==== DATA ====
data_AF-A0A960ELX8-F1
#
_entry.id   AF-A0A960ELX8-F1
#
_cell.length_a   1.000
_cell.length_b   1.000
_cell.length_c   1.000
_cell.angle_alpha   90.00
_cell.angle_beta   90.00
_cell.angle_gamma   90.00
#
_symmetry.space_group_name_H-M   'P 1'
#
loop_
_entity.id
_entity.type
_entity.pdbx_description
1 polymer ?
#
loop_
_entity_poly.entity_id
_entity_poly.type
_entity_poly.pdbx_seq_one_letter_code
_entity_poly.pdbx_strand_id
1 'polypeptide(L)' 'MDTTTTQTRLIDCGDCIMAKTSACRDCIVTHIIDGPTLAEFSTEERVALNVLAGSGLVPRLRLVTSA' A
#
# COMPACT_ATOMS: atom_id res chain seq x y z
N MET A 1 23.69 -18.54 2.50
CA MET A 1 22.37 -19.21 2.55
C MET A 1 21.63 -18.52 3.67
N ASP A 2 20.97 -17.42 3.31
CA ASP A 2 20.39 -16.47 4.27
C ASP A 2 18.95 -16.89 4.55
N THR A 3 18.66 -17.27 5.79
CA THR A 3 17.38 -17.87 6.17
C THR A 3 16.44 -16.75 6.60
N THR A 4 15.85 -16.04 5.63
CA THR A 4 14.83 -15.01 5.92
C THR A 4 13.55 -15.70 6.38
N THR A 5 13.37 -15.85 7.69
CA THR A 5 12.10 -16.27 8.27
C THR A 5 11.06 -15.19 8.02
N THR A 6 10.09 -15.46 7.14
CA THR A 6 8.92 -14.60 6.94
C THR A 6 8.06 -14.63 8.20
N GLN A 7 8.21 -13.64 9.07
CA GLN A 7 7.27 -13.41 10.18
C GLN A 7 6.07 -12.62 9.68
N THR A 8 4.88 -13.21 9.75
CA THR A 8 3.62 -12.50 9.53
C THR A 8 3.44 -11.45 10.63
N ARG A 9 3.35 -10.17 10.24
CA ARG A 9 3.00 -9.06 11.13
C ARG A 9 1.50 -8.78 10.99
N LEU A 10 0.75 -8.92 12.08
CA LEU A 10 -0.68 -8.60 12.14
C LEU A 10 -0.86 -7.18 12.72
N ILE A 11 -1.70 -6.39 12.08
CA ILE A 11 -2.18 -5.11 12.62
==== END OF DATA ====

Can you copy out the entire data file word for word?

data_AF-A0A960ELX8-F1
#
_entry.id   AF-A0A960ELX8-F1
#
_cell.length_a   1.000
_cell.length_b   1.000
_cell.length_c   1.000
_cell.angle_alpha   90.00
_cell.angle_beta   90.00
_cell.angle_gamma   90.00
#
_symmetry.space_group_name_H-M   'P 1'
#
loop_
_entity.id
_entity.type
_entity.pdbx_description
1 polymer ?
#
loop_
_entity_poly.entity_id
_entity_poly.type
_entity_poly.pdbx_seq_one_letter_code
_entity_poly.pdbx_strand_id
1 'polypeptide(L)' 'MDTTTTQTRLIDCGDCIMAKTSACRDCIVTHIIDGPTLAEFSTEERVALNVLAGSGLVPRLRLVTSA' A
#
# COMPACT_ATOMS: atom_id res chain seq x y z
N MET A 1 23.69 -18.54 2.50
CA MET A 1 22.37 -19.21 2.55
C MET A 1 21.63 -18.52 3.67
N ASP A 2 20.97 -17.42 3.31
CA ASP A 2 20.39 -16.47 4.27
C ASP A 2 18.95 -16.89 4.55
N THR A 3 18.66 -17.27 5.79
CA THR A 3 17.38 -17.87 6.17
C THR A 3 16.44 -16.75 6.60
N THR A 4 15.85 -16.04 5.63
CA THR A 4 14.83 -15.01 5.92
C THR A 4 13.55 -15.70 6.38
N THR A 5 13.37 -15.85 7.69
CA THR A 5 12.10 -16.27 8.27
C THR A 5 11.06 -15.19 8.02
N THR A 6 10.09 -15.46 7.14
CA THR A 6 8.92 -14.60 6.94
C THR A 6 8.06 -14.63 8.20
N GLN A 7 8.21 -13.64 9.07
CA GLN A 7 7.27 -13.41 10.18
C GLN A 7 6.07 -12.62 9.68
N THR A 8 4.88 -13.21 9.75
CA THR A 8 3.62 -12.50 9.53
C THR A 8 3.44 -11.45 10.63
N ARG A 9 3.35 -10.17 10.24
CA ARG A 9 3.00 -9.06 11.13
C ARG A 9 1.50 -8.78 10.99
N LEU A 10 0.75 -8.92 12.08
CA LEU A 10 -0.68 -8.60 12.14
C LEU A 10 -0.86 -7.18 12.72
N ILE A 11 -1.70 -6.39 12.08
CA ILE A 11 -2.18 -5.11 12.62